• More than 50% of all latch-up failures (field + JESD78 testing) do not require a re-spin, but the failure drives alternative mitigations such as board modifications or software changes
Figure 4: Feedback to [Q12], “Where have you experienced latch-up failures?” in the Case where [Q11], “Have you experienced latch-up failures?” Was Answered “Yes”
Figure 5: Pareto of [Q21], “What percentage of your company’s product re-spins were due to latch-up failures in a system application?”

Figure 4 shows at what step latch-up was detected, Figure 6 shows the root causes, and Figure 5 shows how often such cases led to re-spins. 

Figure 6: Distribution of Responses for [Q20], “For products that have had latch-up failures in the system, but had passed JESD78 testing, what was the root cause?”

The last highlighted topic is the question if the standard is sufficiently clear. It appears that some concepts in the standard are not interpreted the same way by all users and sometimes are even used incorrectly. The most important example is:

  • The concept of the “Maximum Stress Voltage” is well-known in the industry but very often misinterpreted or incorrectly applied to JESD78 testing
  • Many respondents believe that the pin stress voltage should not exceed the product AMR, see Figure 7
Figure 7: Pie Chart of Responses to [Q90], “Do you set the pin stress voltage limits so that they do not exceed the product AMR?”

Key recommendations for possible improvements and extensions of JESD78E are listed below. Some may reach beyond the JESD78 specification – they may appeal to other industry bodies, symposia, trainers, vendors, etc. Section 3.2 of the paper gives a more comprehensive list of recommendations.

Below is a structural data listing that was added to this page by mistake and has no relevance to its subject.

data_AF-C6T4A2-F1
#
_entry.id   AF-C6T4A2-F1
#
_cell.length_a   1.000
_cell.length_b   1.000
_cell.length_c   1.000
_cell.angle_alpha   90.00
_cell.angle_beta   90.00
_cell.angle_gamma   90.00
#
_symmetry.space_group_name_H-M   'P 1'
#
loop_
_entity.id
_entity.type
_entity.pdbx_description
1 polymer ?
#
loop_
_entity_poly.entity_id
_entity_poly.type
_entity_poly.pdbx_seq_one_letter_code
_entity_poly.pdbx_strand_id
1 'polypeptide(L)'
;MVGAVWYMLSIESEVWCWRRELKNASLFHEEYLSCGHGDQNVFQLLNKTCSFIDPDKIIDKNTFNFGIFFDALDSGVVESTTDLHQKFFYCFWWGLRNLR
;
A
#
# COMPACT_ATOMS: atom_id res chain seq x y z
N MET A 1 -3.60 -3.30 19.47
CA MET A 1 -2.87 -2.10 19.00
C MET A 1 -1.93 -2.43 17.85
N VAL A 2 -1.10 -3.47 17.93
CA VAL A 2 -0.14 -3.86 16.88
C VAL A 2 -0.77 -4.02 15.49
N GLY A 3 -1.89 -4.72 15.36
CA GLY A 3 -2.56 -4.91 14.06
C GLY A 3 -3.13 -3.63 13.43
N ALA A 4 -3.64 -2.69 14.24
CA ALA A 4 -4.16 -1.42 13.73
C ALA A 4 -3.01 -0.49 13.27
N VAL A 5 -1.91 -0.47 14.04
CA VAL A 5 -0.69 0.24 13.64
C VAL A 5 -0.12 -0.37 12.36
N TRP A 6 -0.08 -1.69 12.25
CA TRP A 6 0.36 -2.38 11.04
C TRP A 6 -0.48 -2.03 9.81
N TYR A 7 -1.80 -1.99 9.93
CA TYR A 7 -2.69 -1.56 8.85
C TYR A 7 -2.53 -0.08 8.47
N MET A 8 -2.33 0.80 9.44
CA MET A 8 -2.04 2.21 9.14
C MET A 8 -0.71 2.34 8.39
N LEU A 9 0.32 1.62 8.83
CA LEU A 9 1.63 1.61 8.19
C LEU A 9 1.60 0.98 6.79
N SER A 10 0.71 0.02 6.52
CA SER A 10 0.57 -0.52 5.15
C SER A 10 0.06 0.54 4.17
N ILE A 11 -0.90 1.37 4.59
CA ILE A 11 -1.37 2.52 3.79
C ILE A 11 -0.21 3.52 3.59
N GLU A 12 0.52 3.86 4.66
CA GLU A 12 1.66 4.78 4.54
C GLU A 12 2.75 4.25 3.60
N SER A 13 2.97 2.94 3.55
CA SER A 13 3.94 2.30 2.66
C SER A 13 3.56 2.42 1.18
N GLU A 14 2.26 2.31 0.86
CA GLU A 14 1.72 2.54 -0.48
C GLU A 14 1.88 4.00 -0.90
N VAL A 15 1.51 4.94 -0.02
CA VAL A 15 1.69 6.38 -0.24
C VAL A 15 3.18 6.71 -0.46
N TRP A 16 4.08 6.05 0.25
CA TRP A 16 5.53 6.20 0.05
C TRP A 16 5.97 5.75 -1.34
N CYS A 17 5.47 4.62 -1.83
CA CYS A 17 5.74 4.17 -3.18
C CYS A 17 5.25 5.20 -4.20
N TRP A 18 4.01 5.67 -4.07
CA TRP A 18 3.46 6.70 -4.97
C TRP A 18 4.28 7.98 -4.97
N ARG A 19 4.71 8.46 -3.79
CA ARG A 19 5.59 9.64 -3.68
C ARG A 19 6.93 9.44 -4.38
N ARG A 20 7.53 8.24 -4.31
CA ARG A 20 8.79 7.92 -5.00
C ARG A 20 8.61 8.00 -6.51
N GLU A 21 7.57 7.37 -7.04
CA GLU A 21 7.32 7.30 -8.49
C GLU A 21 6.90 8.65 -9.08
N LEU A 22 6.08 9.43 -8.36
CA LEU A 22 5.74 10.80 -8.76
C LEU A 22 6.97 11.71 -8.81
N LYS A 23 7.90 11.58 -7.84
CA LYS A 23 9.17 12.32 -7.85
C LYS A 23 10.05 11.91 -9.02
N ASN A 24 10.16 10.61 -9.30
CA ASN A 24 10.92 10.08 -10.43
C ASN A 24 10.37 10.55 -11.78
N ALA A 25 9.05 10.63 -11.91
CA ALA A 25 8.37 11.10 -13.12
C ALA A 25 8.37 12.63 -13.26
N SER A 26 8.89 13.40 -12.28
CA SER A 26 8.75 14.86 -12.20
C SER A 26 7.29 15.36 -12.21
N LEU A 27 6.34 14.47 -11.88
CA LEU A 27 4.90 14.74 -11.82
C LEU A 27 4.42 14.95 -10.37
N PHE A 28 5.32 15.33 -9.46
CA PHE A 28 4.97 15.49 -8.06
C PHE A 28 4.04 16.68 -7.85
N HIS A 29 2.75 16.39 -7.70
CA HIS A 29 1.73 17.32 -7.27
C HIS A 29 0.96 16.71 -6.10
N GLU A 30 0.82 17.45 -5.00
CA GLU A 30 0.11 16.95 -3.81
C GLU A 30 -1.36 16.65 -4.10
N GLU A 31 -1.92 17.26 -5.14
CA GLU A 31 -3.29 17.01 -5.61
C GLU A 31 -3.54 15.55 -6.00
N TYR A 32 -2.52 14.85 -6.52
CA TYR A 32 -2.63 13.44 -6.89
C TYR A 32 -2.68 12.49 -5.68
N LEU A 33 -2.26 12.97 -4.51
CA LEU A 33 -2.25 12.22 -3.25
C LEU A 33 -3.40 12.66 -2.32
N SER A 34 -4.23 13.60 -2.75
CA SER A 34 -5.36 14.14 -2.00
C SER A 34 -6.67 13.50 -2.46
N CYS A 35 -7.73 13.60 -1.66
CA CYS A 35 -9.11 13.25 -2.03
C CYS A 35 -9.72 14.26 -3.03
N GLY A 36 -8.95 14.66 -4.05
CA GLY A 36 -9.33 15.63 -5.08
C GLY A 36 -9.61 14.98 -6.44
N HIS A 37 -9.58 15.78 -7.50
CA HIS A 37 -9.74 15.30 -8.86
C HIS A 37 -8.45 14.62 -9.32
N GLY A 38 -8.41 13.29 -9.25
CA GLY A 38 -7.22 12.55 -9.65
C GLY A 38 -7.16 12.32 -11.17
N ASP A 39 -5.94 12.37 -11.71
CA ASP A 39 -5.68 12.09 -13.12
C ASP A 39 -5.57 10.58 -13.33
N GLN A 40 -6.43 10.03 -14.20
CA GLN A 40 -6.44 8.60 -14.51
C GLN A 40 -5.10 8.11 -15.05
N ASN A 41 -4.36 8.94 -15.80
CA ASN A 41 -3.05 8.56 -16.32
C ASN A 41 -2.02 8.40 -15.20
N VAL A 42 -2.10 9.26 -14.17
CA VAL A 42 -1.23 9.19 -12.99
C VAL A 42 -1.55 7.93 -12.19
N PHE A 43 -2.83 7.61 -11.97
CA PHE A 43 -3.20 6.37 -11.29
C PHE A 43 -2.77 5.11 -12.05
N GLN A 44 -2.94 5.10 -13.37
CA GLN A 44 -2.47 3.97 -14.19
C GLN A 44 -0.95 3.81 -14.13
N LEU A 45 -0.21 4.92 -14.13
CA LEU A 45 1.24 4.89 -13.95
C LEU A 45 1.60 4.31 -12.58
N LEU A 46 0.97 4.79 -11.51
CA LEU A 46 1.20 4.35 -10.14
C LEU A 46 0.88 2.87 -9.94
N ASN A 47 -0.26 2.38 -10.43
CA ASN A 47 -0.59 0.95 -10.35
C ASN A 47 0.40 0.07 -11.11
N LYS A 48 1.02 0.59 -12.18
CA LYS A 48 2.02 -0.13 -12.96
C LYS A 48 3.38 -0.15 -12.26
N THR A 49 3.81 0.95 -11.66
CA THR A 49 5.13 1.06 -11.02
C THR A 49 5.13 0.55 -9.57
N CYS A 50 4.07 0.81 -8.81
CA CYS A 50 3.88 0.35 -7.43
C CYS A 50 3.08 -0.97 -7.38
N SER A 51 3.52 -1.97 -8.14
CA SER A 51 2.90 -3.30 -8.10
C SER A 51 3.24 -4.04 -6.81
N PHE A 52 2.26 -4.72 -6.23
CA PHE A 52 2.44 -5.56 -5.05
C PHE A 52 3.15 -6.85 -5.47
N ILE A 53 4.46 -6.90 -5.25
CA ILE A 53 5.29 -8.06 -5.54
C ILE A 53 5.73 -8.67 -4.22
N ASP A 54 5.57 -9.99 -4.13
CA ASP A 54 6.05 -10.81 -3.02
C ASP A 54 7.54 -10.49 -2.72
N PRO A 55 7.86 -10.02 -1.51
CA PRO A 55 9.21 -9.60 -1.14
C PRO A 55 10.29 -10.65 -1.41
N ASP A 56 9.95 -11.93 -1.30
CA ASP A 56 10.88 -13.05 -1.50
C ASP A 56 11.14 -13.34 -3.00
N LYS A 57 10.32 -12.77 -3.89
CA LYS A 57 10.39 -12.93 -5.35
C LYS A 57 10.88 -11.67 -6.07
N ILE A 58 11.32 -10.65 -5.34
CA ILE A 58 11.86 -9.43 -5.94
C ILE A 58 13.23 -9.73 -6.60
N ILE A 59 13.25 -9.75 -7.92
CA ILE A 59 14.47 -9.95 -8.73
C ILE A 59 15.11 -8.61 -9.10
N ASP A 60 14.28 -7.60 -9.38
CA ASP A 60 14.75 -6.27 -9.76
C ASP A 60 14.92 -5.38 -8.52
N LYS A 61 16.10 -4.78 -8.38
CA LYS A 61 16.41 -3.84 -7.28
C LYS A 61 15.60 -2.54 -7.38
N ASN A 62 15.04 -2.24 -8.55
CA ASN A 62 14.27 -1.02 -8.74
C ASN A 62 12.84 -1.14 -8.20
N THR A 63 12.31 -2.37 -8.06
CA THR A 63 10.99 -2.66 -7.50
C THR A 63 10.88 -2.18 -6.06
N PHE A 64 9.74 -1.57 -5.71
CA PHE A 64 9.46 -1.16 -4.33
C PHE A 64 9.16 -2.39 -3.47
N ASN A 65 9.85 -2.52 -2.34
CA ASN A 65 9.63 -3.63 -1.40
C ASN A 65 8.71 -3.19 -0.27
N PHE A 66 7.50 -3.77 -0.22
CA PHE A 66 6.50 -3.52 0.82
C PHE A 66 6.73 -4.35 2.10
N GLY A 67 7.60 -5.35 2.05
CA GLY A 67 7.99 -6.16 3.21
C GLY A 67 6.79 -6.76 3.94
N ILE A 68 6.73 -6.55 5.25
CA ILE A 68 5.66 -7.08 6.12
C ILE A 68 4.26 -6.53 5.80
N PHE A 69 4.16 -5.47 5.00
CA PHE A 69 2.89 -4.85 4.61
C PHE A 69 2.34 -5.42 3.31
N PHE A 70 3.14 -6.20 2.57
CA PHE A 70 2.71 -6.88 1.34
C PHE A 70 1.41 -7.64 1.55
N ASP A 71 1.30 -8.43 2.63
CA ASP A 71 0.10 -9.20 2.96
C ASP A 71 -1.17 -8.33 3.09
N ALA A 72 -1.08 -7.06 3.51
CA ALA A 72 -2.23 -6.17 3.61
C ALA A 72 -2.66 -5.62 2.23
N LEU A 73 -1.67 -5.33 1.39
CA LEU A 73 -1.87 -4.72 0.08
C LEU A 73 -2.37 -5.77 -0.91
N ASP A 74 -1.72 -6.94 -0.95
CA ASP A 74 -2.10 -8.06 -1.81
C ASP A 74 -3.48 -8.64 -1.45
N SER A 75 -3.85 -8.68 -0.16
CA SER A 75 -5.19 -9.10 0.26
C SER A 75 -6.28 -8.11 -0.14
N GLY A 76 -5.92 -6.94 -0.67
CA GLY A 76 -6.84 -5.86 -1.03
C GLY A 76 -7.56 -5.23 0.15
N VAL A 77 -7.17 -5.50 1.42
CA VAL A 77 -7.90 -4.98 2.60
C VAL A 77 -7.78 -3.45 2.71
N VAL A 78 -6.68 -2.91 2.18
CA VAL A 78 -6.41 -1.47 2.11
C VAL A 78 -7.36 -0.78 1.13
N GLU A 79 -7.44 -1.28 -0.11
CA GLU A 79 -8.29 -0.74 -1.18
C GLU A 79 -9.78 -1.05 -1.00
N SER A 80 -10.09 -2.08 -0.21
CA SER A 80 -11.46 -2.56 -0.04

• Create a JESD78 user guide with practical explanations, hints, and examples.
  • Provide seminars and workshops aligned with the latest JESD78 revision F release, discussing the major changes from JESD78 revision E and its implications to LU testing.
  • Consider ways to standardize LU testing at the application level (System Level ESD, Transient LU).


During the development of this survey and paper, the JEDEC JESD78 working group prepared and released a next revision of the JESD78 standard. Chapter 3, Section 3.3 concludes the paper with a summary of the major differences between JESD78 revision E and JESD78 revision F and relates this to the recommendations provided.

Overall, the survey results indicate a dire need to improve the definition and understanding of the latch-up test standard and cover a broader range of applications. The Industry Council releases this paper to help focus the work to accomplish that. 


  1. “Industry Council Launches Survey on Latch-Up,” In Compliance Magazine, July 2020, pp. 20-21.
  2. Website Industry Council on ESD Target Levels:
  3. Website JEDEC: